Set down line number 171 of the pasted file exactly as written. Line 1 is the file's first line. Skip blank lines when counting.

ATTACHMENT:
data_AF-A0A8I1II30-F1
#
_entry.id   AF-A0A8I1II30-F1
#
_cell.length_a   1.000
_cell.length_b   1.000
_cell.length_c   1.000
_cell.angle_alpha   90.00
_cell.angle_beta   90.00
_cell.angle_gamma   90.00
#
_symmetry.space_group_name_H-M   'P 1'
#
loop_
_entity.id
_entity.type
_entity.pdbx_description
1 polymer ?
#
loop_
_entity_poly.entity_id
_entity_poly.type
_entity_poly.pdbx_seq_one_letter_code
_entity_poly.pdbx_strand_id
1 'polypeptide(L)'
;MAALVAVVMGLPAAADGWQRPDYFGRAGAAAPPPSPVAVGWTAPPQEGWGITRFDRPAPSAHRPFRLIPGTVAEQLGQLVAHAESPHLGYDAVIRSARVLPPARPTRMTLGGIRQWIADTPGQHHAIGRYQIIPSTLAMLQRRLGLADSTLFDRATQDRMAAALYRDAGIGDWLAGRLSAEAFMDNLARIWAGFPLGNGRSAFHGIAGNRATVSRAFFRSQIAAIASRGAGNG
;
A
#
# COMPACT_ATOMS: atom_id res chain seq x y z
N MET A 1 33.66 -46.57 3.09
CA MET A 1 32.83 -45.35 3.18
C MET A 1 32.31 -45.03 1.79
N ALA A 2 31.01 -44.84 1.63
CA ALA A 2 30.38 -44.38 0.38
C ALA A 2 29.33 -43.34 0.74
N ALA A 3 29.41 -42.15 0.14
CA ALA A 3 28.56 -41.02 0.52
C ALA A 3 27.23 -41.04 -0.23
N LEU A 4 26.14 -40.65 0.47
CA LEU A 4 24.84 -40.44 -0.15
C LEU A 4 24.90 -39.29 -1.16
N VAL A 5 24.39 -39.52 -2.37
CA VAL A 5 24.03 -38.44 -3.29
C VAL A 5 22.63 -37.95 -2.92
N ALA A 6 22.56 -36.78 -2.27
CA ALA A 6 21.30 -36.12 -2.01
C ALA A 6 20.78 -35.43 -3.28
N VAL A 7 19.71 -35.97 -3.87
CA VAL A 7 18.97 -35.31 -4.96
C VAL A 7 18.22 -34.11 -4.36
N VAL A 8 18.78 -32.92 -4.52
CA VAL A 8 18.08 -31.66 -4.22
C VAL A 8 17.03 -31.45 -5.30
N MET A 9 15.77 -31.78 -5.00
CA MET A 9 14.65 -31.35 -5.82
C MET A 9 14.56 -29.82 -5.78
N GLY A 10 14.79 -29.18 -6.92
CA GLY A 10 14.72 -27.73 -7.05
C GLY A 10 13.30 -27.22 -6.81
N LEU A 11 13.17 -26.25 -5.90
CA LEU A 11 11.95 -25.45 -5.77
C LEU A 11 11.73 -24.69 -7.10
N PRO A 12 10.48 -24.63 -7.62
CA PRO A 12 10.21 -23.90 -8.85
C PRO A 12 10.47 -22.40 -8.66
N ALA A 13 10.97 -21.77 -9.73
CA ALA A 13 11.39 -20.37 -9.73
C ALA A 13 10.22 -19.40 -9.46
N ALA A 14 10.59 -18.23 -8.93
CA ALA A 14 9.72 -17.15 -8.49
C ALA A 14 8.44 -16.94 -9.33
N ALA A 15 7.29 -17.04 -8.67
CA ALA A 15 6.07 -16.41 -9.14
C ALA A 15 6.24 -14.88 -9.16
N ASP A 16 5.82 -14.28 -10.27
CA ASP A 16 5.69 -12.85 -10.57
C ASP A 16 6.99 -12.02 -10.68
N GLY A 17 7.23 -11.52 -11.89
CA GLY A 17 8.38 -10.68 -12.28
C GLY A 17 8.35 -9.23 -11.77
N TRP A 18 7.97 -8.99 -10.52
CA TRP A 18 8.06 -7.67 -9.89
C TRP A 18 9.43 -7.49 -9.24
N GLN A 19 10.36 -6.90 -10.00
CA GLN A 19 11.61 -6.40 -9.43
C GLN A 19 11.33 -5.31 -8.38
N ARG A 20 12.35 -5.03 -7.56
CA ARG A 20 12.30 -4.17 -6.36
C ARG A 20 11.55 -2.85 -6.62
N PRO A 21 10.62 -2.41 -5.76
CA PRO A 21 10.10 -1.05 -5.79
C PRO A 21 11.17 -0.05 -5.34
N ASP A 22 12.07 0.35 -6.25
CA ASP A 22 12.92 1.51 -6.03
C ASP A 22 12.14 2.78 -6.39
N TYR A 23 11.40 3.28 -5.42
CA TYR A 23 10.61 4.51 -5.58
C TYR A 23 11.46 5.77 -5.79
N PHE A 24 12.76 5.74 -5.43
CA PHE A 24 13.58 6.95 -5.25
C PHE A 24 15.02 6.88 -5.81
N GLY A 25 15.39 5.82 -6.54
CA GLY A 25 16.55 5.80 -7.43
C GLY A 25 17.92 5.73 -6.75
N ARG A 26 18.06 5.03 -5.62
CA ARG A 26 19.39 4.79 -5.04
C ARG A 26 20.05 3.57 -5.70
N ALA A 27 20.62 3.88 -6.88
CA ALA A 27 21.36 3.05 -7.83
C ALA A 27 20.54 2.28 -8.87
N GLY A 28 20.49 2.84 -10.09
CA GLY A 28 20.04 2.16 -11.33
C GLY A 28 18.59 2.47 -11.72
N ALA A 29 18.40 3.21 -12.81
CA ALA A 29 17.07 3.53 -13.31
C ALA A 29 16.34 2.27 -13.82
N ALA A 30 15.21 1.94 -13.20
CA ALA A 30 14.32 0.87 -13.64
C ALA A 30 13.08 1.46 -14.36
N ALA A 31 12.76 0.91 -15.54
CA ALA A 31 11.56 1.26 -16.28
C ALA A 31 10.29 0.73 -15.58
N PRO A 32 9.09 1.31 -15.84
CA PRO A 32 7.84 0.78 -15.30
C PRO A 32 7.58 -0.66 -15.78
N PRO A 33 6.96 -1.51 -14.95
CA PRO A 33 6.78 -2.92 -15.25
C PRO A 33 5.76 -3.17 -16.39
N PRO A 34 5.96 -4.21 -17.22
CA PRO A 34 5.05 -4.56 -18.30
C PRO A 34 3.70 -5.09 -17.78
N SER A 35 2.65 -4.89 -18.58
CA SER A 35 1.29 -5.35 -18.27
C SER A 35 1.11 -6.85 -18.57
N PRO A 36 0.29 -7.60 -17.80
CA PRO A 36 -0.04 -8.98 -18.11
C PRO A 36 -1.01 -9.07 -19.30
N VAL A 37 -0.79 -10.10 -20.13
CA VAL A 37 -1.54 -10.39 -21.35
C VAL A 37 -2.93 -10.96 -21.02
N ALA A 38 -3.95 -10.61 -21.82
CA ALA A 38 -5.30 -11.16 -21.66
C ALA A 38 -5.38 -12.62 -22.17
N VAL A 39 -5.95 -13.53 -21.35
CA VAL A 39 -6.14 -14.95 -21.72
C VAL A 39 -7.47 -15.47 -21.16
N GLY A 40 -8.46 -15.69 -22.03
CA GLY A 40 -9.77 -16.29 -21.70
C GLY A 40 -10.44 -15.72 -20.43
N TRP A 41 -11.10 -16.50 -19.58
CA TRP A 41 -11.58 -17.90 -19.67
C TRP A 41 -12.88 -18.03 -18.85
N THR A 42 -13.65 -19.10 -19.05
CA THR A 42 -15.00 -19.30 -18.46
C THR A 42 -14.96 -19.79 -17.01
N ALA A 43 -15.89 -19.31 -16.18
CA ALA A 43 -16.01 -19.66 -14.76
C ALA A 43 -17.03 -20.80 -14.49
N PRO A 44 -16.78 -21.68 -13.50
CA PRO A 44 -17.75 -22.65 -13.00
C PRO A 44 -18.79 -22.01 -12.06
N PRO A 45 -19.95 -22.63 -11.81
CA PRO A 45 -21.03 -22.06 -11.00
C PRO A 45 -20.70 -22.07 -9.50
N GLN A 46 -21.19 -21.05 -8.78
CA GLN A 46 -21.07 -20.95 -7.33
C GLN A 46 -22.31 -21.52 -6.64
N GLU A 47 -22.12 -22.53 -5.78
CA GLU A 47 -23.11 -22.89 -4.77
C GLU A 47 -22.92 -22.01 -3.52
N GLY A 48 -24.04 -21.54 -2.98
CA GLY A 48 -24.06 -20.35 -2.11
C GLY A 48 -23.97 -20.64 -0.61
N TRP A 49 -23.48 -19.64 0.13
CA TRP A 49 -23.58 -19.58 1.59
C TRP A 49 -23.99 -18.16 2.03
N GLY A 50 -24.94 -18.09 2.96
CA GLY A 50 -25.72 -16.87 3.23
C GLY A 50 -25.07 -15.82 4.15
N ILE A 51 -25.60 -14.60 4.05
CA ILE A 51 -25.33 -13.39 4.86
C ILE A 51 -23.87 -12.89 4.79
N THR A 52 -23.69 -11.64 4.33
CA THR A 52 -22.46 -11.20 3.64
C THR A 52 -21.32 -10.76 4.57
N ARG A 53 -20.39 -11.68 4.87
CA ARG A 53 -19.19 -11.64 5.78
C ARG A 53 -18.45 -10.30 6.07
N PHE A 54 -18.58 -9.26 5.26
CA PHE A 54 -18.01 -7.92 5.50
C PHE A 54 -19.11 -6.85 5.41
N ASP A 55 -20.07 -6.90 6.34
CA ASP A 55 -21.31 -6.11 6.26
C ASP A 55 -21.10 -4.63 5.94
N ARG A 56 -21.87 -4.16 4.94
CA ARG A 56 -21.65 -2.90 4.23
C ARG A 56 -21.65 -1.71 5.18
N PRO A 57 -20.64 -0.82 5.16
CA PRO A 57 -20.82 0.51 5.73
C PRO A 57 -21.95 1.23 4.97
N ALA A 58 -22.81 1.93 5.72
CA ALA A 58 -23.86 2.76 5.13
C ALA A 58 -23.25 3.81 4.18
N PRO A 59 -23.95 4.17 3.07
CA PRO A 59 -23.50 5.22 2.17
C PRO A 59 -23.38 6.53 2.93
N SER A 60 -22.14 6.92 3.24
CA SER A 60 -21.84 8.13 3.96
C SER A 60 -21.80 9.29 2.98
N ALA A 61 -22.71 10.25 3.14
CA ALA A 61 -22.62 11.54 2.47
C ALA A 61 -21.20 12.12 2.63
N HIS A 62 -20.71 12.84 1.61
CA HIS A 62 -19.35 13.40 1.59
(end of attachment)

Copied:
C GLU A 47 -22.92 -22.01 -3.52